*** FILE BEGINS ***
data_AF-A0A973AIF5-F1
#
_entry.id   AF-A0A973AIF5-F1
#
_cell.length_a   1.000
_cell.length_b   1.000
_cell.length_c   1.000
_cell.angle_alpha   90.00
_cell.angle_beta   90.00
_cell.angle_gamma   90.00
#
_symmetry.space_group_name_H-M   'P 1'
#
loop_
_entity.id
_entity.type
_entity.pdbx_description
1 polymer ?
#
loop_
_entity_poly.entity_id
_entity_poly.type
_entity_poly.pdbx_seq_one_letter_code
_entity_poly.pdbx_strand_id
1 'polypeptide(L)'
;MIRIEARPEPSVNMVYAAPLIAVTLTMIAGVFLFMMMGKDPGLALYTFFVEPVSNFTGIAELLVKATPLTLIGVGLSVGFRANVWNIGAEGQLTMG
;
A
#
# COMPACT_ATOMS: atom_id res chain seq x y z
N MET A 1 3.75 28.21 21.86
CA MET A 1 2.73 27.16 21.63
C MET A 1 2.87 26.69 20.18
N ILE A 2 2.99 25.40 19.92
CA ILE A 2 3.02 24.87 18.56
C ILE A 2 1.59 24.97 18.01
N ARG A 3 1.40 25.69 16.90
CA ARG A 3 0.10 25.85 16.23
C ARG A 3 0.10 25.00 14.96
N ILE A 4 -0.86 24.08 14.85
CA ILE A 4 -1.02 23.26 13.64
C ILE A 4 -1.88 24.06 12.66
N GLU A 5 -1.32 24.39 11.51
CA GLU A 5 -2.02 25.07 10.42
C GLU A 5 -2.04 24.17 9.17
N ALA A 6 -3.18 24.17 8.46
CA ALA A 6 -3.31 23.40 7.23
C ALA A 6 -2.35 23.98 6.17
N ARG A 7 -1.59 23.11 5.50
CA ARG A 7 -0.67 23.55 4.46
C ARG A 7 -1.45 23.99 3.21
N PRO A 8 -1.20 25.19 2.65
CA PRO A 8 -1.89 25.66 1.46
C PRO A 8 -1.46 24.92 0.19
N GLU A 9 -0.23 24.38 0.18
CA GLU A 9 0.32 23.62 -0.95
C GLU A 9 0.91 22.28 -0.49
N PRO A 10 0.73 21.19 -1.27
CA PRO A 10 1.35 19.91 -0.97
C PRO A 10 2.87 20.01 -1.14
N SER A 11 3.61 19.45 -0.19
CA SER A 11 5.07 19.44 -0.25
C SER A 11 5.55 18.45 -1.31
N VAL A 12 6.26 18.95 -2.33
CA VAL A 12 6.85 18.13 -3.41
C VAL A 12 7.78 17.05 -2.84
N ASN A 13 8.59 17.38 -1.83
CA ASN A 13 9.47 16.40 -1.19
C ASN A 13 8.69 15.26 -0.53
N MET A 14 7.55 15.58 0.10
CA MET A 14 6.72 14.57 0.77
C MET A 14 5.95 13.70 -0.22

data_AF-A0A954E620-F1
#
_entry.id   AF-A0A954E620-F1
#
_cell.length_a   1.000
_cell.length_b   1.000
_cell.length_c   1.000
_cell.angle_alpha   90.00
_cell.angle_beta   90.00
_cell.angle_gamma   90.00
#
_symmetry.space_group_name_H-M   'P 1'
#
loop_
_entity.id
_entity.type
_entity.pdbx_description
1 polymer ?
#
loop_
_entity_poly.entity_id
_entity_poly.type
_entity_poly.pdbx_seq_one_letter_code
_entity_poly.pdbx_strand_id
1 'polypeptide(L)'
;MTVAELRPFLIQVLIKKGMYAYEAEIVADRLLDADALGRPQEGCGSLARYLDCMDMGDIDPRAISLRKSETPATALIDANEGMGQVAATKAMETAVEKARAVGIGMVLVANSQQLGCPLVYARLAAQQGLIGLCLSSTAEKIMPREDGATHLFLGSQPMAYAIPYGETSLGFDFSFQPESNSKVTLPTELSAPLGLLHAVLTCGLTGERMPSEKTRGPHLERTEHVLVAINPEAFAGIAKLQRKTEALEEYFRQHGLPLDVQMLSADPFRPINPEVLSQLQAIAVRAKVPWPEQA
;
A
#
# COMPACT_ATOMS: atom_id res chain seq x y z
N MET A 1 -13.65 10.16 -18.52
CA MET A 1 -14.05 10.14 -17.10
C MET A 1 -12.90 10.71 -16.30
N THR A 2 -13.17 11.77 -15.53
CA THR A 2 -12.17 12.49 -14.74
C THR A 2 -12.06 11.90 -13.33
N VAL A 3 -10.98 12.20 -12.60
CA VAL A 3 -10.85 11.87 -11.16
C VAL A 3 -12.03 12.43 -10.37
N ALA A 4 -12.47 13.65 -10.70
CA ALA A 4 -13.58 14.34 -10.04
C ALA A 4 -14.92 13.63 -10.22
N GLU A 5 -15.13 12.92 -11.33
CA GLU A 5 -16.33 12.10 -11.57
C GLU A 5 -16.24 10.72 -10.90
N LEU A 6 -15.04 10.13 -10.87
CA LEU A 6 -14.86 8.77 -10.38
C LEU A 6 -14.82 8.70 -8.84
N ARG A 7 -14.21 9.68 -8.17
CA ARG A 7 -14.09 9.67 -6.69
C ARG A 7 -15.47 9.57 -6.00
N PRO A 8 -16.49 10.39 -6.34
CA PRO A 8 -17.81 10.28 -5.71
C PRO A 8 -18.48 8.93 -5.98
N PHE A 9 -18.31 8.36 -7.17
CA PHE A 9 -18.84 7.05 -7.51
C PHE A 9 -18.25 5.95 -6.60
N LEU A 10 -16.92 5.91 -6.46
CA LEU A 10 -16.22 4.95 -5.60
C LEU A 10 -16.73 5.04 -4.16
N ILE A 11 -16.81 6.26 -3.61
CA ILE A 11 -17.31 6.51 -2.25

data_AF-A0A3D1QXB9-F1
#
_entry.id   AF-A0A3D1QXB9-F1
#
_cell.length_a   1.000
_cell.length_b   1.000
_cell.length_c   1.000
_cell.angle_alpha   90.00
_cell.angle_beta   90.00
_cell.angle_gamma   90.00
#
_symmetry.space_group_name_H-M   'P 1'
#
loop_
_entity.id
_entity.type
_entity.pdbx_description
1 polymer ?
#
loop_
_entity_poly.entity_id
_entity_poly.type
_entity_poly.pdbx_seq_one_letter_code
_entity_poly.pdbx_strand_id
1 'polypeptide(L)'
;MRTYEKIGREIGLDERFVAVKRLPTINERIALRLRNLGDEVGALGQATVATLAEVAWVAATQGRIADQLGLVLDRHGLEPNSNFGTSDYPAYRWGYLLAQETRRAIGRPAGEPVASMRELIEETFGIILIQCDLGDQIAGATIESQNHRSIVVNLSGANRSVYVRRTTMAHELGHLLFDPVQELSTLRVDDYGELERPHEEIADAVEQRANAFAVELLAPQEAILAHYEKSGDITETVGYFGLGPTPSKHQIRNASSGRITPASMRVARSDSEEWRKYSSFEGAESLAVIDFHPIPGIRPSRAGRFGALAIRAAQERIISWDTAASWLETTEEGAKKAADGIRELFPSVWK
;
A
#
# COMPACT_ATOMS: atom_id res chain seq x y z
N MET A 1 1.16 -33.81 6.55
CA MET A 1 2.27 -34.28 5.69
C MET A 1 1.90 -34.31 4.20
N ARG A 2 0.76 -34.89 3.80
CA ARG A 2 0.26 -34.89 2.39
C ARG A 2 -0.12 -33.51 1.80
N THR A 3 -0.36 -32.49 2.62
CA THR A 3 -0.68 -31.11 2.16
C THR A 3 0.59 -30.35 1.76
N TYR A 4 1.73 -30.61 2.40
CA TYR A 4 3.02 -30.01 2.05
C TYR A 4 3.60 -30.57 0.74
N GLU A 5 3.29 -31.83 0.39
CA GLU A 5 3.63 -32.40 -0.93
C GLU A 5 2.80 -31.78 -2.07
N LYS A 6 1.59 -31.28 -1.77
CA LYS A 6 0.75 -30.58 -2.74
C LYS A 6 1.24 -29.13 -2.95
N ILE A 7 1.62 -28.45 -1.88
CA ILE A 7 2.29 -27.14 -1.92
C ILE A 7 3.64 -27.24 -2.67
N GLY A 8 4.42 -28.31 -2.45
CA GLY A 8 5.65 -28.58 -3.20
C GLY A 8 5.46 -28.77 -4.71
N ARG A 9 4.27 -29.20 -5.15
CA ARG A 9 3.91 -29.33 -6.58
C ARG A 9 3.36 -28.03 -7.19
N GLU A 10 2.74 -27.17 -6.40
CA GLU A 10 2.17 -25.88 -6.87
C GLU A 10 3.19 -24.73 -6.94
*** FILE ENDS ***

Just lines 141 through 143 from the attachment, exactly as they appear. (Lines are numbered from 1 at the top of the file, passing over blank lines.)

_cell.length_c   1.000
_cell.angle_alpha   90.00
_cell.angle_beta   90.00